Insights is a new weekly series featuring entertainment industry veteran David Bloom. It represents an experiment of sorts in digital-age journalism and audience engagement with a focus on the intersection of entertainment and technology, an area that David has written about and thought about and been part of in various career incarnations for much of the past 25 years. David welcomes your thoughts, perspectives, calumnies, and kudos at email@example.com, or on Twitter @DavidBloom.
This installment of Insights is brought to you by Beachfront RISE.
Mop-headed Luke had just turned 5 a couple of weeks ago when I ended up standing in a Starbucks line next to his mother. I began wondering what, and where, and how, a kid like that will be watching video entertainment a few years from now.
Luke is part of Generation Z, the giant cohort of kids growing up right now, a cohort even bigger than the Millennials. And everyone’s scrambling to reach these kids as they head toward an even bigger role than the Millennials in shaping our dominant culture and tech. Normally, seeing a cute kid capering in a coffee shop doesn’t cartwheel my mind into the future. But I’d simultaneously been texting with a producer pal of mine, Max Gottlieb, about the fast-changing market for film and TV.
Back in October, Max premiered an ultra-low-budget movie chock full of influencers part of a promising new film business model that was a hot idea in 2016. When we talked then, Max was trying to line up several other film projects.
But just a few months later, Max texted, “everyone” wants episodic series, because “the SVODs have taken over.” Turns out, episodics do a better job getting even the bingiest of binge watchers to come back, and to subscribe. And return visits build viewer loyalty, at a time when media companies desperately want to build enough loyalty that Future Luke will watch their shows (or whatever counts as a show then) on his augmented-reality visual overlay projection device when he hits 18 in 2030.
That’s 13 years from now. That’s further in the future than Facebook, YouTube, Twitter, Hulu, nearly every digital-video channel or the video-streaming operations of Amazon and Netflix have existed up to now. Let that sink in as you try to envision the entertainment industry in 2030.
As Max and Luke made their way through this week, so too did a major media company that should have claimed Luke’s attention until at least 2030. Instead, having squandered incalculable brand value over the past 15 years, Viacom just announced a grand plan to Get Its Act Together Before It’s Too Late.
For a couple of decades, the channels that make up Viacom included such young-person essentials as Nick Jr., Nickelodeon, MTV, and Comedy Central, listed here in roughly ascending order of age relevance. BET served an otherwise neglected African-American audience. Spike (née the gamer-oriented G4) focused on young men.
Viacom’s channel collection also included many others that weren’t nearly as essential but, thanks to Viacom’s hardball negotiations, cable operators were forced to take them too, making it the most expensive bundle of offerings on the dial, with 18 or more networks. That worked as long as Viacom’s bundle included must haves. But under the sclerotic, finance-first maneuverings of long-time former CEO Philippe Dauman, those core channels faded in cultural relevance and ratings dominance. Now, I can’t imagine Luke, or the teens who lined up to watch Max’s film, caring about any of those channels.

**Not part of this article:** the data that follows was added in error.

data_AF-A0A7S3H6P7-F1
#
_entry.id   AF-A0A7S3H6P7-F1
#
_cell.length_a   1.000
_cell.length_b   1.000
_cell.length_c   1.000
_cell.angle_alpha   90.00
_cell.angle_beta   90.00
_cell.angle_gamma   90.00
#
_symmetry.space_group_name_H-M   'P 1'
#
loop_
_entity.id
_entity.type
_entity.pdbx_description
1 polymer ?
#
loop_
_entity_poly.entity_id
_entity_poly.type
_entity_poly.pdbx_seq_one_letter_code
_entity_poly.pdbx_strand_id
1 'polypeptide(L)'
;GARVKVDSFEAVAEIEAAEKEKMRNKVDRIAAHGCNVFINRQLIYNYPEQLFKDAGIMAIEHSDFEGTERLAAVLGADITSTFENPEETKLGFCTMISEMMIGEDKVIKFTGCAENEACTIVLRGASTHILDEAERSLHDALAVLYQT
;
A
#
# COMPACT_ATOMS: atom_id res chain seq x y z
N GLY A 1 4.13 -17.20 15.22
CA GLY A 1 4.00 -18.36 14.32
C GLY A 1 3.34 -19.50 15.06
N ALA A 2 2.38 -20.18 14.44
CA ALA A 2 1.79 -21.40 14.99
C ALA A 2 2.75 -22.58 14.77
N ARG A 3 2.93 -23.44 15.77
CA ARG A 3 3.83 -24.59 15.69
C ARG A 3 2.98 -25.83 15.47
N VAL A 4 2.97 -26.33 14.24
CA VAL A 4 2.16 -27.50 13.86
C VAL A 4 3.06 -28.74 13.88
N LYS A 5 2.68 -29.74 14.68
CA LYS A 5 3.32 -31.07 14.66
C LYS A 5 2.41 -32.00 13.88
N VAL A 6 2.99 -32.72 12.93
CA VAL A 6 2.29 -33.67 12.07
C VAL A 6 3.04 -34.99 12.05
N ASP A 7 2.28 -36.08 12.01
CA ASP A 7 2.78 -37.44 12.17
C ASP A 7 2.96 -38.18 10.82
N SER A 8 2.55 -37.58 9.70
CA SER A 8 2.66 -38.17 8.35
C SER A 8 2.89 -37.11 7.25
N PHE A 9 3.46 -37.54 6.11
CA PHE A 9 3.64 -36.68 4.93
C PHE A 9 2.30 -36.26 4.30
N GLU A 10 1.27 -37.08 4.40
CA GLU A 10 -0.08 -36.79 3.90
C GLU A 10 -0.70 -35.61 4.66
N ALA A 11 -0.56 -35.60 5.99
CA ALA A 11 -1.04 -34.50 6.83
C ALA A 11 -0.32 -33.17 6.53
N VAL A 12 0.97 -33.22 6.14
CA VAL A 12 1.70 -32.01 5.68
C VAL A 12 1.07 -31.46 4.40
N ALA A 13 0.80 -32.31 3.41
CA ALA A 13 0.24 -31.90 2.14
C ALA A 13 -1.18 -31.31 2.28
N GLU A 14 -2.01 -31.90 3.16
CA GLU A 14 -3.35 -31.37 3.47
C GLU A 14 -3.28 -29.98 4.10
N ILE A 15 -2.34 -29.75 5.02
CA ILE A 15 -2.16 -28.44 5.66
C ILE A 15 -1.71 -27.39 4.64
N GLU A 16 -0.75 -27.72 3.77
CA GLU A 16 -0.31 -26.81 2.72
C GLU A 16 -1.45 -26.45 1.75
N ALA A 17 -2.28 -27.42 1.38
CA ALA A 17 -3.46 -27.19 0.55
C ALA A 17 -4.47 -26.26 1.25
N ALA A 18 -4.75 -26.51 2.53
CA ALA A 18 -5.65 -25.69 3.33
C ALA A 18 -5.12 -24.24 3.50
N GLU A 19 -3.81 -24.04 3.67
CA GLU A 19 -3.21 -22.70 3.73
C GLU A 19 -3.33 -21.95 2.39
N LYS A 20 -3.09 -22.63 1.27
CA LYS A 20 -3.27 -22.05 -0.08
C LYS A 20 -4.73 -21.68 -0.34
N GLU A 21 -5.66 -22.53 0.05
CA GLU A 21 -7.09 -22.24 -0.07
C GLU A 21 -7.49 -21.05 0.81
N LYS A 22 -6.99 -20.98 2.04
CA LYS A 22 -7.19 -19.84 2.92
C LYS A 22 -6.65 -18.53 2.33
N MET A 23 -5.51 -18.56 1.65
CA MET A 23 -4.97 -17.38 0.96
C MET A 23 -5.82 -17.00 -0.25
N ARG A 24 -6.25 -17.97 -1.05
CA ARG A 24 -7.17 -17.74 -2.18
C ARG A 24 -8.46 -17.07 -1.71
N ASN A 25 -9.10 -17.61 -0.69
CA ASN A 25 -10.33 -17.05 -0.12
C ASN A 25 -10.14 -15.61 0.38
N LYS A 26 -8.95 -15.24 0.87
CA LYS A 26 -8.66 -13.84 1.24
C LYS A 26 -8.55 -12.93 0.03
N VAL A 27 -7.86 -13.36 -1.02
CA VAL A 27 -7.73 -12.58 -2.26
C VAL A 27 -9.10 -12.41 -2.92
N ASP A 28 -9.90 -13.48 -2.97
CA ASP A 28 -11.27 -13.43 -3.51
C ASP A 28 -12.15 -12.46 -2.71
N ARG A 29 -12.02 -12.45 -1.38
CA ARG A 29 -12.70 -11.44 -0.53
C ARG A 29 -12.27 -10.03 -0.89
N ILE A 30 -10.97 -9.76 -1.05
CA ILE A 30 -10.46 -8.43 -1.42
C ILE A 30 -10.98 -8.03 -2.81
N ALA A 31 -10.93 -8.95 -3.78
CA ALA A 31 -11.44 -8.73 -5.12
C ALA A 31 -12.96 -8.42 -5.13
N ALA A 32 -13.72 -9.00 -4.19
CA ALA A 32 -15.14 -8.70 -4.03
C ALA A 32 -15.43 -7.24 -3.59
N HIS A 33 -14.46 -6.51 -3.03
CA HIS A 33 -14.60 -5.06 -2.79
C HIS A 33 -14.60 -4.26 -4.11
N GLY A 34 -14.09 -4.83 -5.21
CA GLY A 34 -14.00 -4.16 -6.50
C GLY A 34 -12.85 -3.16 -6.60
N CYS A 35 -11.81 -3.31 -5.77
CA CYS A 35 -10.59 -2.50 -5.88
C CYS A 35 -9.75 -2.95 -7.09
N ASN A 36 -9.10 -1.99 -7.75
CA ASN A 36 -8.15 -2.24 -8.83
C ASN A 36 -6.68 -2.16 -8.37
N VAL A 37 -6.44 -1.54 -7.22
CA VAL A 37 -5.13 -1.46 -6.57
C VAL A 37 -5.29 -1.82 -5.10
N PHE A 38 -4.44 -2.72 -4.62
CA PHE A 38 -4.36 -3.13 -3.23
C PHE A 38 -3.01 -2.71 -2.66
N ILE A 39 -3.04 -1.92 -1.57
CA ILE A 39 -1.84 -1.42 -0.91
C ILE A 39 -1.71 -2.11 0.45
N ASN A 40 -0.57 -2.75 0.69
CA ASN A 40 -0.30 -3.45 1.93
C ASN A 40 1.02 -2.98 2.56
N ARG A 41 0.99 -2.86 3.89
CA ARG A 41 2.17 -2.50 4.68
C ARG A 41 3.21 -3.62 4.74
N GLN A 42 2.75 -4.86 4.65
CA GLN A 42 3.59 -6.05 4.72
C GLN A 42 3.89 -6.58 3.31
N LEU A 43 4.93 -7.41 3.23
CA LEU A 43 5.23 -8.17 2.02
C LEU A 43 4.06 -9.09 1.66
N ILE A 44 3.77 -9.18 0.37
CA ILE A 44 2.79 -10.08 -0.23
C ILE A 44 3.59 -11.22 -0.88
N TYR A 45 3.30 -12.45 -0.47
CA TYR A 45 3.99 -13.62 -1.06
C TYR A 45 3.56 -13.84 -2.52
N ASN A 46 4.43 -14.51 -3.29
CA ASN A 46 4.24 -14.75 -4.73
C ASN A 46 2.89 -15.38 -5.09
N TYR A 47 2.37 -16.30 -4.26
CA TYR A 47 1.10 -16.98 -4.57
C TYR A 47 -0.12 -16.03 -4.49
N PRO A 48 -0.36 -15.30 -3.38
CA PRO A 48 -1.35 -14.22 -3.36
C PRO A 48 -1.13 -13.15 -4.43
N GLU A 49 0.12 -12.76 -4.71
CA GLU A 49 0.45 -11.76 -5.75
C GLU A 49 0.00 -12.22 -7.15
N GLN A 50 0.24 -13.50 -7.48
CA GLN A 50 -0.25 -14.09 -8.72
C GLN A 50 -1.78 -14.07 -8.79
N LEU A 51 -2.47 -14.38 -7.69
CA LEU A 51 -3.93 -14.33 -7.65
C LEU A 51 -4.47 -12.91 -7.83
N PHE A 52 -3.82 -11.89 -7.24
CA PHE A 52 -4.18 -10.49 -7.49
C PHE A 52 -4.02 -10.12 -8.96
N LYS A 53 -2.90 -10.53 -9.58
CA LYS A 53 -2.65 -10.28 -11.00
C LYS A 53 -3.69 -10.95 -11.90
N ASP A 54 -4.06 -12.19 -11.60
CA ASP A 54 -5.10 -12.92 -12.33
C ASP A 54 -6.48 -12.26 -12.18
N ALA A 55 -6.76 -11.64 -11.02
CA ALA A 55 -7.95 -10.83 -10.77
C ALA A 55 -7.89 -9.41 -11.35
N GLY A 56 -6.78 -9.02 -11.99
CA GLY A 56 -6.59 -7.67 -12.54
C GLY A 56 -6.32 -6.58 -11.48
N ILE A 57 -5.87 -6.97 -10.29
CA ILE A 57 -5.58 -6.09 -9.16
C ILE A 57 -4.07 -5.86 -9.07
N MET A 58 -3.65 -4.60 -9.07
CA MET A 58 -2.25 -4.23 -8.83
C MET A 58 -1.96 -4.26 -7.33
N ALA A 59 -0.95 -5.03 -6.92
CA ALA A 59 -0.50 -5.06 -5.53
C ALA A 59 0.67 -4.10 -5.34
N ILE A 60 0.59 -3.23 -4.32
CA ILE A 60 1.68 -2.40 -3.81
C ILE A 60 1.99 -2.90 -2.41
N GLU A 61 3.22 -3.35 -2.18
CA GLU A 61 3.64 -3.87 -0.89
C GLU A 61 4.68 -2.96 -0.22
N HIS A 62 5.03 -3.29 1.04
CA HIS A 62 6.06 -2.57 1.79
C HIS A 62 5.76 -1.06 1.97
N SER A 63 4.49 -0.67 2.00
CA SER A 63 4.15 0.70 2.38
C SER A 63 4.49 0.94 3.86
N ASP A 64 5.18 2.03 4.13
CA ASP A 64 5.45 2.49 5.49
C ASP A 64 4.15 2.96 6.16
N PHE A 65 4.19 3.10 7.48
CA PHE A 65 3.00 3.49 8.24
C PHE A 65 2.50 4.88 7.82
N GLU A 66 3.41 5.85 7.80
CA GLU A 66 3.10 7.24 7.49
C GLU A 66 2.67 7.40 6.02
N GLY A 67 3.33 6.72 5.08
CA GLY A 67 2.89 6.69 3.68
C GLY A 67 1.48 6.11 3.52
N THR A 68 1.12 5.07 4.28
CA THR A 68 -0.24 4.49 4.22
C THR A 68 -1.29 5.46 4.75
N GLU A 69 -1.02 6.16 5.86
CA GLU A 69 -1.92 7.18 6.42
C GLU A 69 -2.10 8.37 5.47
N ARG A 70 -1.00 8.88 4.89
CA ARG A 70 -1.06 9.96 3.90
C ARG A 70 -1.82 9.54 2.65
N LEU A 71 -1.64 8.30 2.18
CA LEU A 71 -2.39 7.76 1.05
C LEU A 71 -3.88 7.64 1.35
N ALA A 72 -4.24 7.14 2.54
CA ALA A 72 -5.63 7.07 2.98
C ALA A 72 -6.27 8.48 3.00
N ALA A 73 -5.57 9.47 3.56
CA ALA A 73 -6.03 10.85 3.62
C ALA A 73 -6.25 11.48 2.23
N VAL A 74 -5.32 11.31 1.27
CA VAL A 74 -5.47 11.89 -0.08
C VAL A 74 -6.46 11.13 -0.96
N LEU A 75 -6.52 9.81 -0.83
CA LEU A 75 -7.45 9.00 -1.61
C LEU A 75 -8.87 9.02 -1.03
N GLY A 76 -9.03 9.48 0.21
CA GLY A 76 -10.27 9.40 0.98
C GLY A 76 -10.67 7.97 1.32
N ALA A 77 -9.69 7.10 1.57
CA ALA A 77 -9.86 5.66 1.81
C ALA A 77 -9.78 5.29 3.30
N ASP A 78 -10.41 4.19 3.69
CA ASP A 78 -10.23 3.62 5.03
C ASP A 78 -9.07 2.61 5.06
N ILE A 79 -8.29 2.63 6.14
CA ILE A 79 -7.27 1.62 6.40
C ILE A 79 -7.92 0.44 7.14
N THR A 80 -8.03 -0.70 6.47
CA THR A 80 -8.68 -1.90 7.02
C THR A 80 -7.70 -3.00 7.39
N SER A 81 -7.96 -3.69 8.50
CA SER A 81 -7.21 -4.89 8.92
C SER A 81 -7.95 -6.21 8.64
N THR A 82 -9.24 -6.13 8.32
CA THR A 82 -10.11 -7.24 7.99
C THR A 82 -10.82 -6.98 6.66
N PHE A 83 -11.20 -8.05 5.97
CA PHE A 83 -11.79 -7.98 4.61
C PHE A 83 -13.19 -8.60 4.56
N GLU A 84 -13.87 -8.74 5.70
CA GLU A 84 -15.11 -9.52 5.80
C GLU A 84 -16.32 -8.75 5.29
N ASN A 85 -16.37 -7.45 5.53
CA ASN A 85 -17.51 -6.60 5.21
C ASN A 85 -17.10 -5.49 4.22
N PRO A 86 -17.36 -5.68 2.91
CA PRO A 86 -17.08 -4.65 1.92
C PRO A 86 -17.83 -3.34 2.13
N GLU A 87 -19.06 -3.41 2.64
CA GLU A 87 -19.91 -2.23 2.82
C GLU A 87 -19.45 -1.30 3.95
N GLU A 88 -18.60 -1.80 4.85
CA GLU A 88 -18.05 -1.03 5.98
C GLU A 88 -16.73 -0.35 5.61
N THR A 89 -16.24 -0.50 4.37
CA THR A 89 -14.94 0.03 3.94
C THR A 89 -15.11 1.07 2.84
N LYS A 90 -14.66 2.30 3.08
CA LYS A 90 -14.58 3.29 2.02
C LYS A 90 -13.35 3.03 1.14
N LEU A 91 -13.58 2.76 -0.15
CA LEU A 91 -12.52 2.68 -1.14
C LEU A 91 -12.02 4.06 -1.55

Nick Jr. and Nickelodeon were the first stops for TV watching when my kids were Luke’s age. Now, Luke is unlikely to even look at a TV when he (or his mother) wants some entertainment. Between Minecraft videos on YouTube, hundreds of hours of original Netflix Kids programming, live gamer shows on Twitch, and karaoke cut-ups on Musical.ly, who has time for whatever it is those Viacom channels show?
Given that, new CEO Bob Bakish’s proposal represents appropriately drastic triage for the sprawling Viacom bundle, alongside a pledge to improve badly deteriorated relations with cable companies and talent.
The lion’s share of company resources will go to six channels (Nick and Nick Jr., MTV, Comedy Central, BET, and Spike, which will be renamed the Paramount Channel after another hobbled Viacom property). Weak sisters such as CMT and TV Land will have to make their own way, likely the first step to their own demise or digital-only shift, a la the Esquire Channel.
Meanwhile, the SVOD push for more episodic programming continues, drawing in even talent and properties long associated with films.
David Heyman, who produced the eight Harry Potter movies, is now adapting Out of Africa, the Isak Dinesen memoir turned 1985 film that won seven Oscars, including Best Picture. Now it will become a NBC International Studios series.
The same day this news broke, Amazon announced a deal with writer-director Nicolas Winding Refn (of Drive) to create a straight-to-series, 10-episode crime yarn called Too Old to Die Young.
At the same time, at least some SVODs are booming. HBO Now cleared the 2-million subscriber threshold and Otter Media’s Crunchyroll said 1 million people are paying $6.95 a month to watch its premium anime programming (another 20 million watch an ad-supported version).
So, will 18-year-old Luke be watching HBO Now or Crunchyroll in 2030? I don’t know. But I’d take a bet he won’t be watching much of what Viacom has to offer by then, unless Bakish can make good on another of his major initiatives, and aggressively buy/build his way into the digital world. For me, I’m putting my money elsewhere.
This installment of Insights is brought to you by Beachfront RISE, the premier app building company that houses all of your content in one place for any device, and monetizes it automatically with their built in programmatic video advertising platform.